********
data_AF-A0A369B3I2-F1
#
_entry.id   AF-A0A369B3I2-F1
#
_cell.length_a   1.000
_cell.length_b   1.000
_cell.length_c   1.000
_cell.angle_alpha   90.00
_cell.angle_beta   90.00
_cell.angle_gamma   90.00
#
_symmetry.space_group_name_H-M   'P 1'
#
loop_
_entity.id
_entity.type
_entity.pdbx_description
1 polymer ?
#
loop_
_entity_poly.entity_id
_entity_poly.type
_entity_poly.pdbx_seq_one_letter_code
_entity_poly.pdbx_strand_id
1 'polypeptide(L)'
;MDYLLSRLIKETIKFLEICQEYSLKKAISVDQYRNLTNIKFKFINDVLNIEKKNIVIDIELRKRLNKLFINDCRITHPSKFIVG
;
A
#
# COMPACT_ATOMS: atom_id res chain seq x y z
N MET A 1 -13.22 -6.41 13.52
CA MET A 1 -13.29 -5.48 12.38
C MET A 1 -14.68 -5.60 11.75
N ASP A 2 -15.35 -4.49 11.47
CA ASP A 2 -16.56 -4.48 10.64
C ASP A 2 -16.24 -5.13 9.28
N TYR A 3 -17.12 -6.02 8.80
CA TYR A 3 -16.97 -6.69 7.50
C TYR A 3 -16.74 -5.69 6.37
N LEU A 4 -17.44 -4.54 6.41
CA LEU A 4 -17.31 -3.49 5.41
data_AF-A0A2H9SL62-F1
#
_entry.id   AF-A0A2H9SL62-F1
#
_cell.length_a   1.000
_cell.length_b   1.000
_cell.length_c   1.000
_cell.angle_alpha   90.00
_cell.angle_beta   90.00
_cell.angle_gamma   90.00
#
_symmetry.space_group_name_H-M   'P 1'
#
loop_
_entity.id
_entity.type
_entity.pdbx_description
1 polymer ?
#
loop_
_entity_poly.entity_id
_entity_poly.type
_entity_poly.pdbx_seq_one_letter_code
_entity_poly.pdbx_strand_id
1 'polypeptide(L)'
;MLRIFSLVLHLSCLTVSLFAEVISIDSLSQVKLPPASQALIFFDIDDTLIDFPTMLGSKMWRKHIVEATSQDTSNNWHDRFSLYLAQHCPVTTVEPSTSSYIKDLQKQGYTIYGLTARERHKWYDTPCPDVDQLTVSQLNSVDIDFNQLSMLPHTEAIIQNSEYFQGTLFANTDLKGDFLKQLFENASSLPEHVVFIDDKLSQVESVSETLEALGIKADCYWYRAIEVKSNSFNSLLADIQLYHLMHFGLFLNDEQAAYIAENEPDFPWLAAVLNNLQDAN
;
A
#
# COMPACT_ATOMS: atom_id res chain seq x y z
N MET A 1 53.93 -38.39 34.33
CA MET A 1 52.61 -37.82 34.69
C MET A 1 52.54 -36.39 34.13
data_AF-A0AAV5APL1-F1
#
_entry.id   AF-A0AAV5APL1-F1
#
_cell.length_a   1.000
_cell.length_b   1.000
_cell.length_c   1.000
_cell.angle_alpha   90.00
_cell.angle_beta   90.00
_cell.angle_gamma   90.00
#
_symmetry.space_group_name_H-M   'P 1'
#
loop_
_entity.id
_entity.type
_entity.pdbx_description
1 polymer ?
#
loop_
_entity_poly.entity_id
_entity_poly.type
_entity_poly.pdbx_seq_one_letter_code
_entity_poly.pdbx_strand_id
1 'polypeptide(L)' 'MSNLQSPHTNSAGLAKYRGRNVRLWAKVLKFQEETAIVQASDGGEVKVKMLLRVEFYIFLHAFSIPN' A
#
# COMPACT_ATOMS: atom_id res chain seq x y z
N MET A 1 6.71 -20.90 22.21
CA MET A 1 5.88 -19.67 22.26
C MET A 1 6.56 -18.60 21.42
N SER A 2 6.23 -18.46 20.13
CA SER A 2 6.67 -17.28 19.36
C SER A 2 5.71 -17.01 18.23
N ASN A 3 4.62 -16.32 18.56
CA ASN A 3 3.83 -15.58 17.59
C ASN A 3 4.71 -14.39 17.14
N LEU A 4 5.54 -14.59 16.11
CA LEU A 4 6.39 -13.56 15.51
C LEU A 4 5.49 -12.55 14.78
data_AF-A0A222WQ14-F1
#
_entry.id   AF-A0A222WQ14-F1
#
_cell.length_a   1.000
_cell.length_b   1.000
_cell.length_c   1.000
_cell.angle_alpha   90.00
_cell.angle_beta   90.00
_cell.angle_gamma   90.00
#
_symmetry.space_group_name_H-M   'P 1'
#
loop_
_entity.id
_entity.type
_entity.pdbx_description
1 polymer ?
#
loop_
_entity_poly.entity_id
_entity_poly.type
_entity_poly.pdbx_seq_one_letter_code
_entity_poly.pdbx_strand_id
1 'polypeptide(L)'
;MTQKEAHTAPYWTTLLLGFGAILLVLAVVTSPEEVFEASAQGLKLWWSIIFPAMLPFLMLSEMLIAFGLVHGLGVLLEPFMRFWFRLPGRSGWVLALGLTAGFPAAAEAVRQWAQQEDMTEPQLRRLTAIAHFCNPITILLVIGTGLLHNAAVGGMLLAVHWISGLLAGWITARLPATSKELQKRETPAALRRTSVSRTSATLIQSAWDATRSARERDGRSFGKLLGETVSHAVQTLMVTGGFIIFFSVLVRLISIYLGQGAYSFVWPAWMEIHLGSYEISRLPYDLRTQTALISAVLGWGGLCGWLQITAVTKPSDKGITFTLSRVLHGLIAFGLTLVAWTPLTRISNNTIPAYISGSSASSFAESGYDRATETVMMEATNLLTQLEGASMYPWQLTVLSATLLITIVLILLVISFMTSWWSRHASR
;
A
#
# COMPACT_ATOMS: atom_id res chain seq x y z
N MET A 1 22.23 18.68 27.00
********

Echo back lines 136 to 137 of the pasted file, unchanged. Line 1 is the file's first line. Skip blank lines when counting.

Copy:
_entity_poly.pdbx_seq_one_letter_code
_entity_poly.pdbx_strand_id